Welcome to the middle of the week everybody. I hope it is going well for you all. The PS4 was announced this afternoon and at the center of it all was Mark Cerny, who used to design arcade games for Atari. In addition to work on the hardware for the new system he is also directing a game for it so some of these guys keep their work going in video games, just in other parts of the industry. I guess one question now is would the PS4 be turned into arcade hardware like every other PlayStation console has, seeing that it’s more of a PC anyways (which most arcades use)? I guess we would have to look to Namco for that since they generally are the ones that arcadify console hardware.
I kept this in a separate post but if you didn’t catch it, share your thoughts on the thought experiment of the day. Especially if you own/operate arcade equipment.
EAG2013 is well past us but Arcade Belgium has an excellent write-up from the show, which you can read here.
We brought this up already but just in case it was missed, Sega has surprised us by bringing one of their music games over to the US to test, their Project DIVA Arcade machine. It is on test at the Round 1 USA in the Puente Hills Mall, CA until next month sometime so go and check it out if you have a chance. I can’t find any videos of the US loctest yet but here’s the next best thing in case you are not familiar with this game.
We don’t really get into MAME news but here is something that took a turn that was more interesting than just getting some hardware emulated properly. A ROM hack was made for Bubble Bobble called Bubble Bobble Lost Cave. This hack takes the best of the unique levels that were released on the home versions of the game to various consoles (NES, Game Boy & Game Boy Color, Sega Master System) and integrates them into the arcade. A user by the name of monstermug posted this video online of the game running on actual Bubble Bobble arcade hardware after burning the ROMs and plugging them into the board. As you can see, it works beautifully.
There are some new images for Heighway Pinball’s upcoming (and non-licensed!) Full Throttle Pinball game, as seen at Pinballnews.com. It’s looking great so far but hopefully we will see an operational machine available for purchase soon. This also uses an LCD but it will place that in the playfield so its easier to see while you are trying to watch where the ball is going.
Lastly, as the gun debate continues in the USA, now Connecticut has a bill sponsored by Democrat Connecticut State Senator Toni Harp to “To prevent minors from using violent point-and-shoot video games in public arcades and to create a task force to study the effects of violent video games on youth behavior.” You can see the proposed bill here. If you read it you will notice that the task force study it to be turned in a year after this proposed bill takes effect (Oct. 1st, 2013, the study to be completed by 2014) but here’s an idea for the genius politician who is doing this – how about you do the study first and then take actions based upon that before coming to the final conclusion (that arcade light-gun games are turning our kids into blood-thirsty killers) and passing a law that will most certainly harm small businesses in its wake. That of course is probably lunacy to think on my part since the findings will probably not line up with what Ms. Harp wants, thus making the law pointless. Instead, better get a ban onto the books first so we can get the “We’re Doing Something” crowd excited and the donations rolling in because SomethingTM is being done, no matter how stupid or pointless that something might actually be.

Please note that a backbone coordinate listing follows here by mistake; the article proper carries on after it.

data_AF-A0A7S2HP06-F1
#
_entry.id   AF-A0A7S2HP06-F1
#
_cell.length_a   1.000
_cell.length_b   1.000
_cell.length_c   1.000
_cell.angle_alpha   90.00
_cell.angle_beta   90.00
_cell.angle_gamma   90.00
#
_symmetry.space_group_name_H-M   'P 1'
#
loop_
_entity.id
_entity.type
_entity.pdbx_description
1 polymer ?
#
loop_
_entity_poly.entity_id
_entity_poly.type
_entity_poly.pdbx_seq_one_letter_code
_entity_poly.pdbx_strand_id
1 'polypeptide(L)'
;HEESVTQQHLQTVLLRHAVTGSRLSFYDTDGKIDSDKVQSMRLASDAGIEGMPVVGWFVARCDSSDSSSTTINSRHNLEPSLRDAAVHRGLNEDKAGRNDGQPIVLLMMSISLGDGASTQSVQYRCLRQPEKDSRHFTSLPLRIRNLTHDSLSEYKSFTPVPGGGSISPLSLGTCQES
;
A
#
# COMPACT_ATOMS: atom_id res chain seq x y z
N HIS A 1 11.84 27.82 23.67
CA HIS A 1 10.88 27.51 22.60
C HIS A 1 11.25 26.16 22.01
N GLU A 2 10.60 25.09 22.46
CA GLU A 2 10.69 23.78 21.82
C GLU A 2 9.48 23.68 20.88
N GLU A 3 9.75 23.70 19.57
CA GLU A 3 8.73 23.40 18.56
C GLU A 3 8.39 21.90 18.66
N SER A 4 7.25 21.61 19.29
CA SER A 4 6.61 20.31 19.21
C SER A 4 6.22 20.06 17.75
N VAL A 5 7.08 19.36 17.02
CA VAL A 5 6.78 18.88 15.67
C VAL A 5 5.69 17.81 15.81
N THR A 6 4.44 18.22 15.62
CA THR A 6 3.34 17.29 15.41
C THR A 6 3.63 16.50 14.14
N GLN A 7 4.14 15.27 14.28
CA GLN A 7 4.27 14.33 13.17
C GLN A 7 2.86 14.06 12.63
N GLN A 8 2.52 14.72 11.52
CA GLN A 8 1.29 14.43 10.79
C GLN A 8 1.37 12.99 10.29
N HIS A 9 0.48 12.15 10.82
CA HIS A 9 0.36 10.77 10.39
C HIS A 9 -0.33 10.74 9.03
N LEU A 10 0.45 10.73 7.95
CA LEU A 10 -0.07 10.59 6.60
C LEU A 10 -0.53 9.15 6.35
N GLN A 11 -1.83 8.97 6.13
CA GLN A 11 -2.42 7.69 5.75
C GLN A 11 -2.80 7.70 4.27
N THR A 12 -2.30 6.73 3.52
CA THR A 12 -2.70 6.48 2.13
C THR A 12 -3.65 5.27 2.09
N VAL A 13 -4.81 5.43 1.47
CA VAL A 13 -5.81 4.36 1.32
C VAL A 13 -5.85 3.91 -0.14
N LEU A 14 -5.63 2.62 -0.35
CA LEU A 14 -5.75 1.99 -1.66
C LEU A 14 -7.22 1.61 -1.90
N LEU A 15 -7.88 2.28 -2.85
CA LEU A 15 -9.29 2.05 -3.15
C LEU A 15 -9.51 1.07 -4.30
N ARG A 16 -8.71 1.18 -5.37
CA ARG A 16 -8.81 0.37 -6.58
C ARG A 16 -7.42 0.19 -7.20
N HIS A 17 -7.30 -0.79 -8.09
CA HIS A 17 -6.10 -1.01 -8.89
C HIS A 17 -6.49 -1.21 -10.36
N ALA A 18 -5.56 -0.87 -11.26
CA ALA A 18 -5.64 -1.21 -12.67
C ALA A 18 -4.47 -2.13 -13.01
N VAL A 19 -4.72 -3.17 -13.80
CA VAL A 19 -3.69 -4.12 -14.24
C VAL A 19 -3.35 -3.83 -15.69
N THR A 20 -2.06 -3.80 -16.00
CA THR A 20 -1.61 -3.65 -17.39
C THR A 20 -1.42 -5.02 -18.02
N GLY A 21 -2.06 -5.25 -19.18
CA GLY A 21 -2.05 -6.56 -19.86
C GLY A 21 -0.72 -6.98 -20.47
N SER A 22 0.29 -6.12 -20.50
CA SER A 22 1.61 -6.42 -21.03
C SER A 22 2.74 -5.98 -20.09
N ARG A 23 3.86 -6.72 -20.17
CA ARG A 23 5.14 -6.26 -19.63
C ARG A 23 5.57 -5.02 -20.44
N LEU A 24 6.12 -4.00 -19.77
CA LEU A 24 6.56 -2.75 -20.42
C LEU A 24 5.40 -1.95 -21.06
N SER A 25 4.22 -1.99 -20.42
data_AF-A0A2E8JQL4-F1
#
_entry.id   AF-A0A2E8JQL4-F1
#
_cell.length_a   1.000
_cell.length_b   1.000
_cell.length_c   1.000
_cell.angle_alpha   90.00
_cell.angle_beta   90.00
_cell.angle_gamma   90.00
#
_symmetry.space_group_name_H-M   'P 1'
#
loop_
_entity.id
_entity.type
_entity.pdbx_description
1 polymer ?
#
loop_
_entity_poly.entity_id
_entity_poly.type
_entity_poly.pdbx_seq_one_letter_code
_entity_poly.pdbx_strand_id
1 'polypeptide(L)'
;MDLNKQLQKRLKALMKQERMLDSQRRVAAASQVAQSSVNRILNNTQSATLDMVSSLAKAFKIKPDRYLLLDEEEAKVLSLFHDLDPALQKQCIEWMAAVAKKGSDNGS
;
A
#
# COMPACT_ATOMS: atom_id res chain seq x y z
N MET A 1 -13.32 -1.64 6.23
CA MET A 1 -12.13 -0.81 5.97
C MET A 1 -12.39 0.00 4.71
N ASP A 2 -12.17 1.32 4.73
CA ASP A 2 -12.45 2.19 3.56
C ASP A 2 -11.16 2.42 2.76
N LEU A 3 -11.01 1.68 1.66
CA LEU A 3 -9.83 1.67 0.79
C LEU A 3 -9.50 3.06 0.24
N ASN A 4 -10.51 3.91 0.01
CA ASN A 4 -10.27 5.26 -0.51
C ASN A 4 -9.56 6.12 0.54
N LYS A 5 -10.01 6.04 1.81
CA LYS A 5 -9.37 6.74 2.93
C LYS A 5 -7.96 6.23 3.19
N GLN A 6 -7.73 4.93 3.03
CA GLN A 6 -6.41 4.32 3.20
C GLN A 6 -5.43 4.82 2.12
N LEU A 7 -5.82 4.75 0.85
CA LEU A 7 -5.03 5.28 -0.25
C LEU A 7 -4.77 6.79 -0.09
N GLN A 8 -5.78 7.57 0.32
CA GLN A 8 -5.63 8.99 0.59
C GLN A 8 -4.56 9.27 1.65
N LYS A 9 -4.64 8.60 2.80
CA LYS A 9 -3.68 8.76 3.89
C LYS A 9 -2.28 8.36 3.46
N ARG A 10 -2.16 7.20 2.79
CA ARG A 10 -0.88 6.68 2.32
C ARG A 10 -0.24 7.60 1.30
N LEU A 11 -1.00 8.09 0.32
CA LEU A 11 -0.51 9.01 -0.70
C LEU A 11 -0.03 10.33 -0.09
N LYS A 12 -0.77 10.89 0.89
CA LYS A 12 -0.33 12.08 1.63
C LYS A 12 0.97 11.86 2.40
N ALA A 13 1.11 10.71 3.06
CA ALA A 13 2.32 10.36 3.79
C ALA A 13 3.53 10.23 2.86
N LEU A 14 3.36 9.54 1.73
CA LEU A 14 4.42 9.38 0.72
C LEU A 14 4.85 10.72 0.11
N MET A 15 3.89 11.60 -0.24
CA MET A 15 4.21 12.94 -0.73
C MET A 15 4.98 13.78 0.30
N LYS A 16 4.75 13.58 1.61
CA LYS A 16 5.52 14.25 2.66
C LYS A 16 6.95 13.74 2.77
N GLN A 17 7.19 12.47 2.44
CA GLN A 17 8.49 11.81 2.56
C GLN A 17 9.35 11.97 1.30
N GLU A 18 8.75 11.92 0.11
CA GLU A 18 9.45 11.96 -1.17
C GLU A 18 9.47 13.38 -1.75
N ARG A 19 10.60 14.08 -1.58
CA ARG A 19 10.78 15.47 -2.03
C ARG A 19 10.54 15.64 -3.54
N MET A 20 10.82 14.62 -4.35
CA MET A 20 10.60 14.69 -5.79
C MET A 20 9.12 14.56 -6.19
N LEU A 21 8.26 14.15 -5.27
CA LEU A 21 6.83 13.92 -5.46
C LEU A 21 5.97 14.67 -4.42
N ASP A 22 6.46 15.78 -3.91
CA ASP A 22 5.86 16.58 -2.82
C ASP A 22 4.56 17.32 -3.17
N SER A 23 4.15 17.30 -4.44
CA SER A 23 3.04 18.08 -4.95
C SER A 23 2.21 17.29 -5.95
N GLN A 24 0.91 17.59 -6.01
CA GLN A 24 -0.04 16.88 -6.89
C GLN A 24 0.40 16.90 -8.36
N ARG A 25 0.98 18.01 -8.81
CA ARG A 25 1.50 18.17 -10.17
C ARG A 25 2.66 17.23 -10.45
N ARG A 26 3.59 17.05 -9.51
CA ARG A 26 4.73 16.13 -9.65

Seeing how the industry has not done a lot of diversification in game genres in recent years, removing light-gun games from locations leaves the video-only side with pretty much driving and music games on the new side. I get that this is just for the tiny state of Connecticut and most likely a ban there if passed will not cause game makers to stop producing gun games, but if such bans spread to other States then it is going to cause problems for the arcade industry to a greater degree. It will also affect the collectors market with game values. I don’t know the likelihood of this passing but I do imagine that if it does you will see challenges brought to it in court.
In related news, the Sandy Hook Arcade Center has opened its doors, they don’t have to worry about the violent game ban since their whole focus is on family friendly games. You can see a news report about it here. (thanks for Kieran May for the tip on this news report)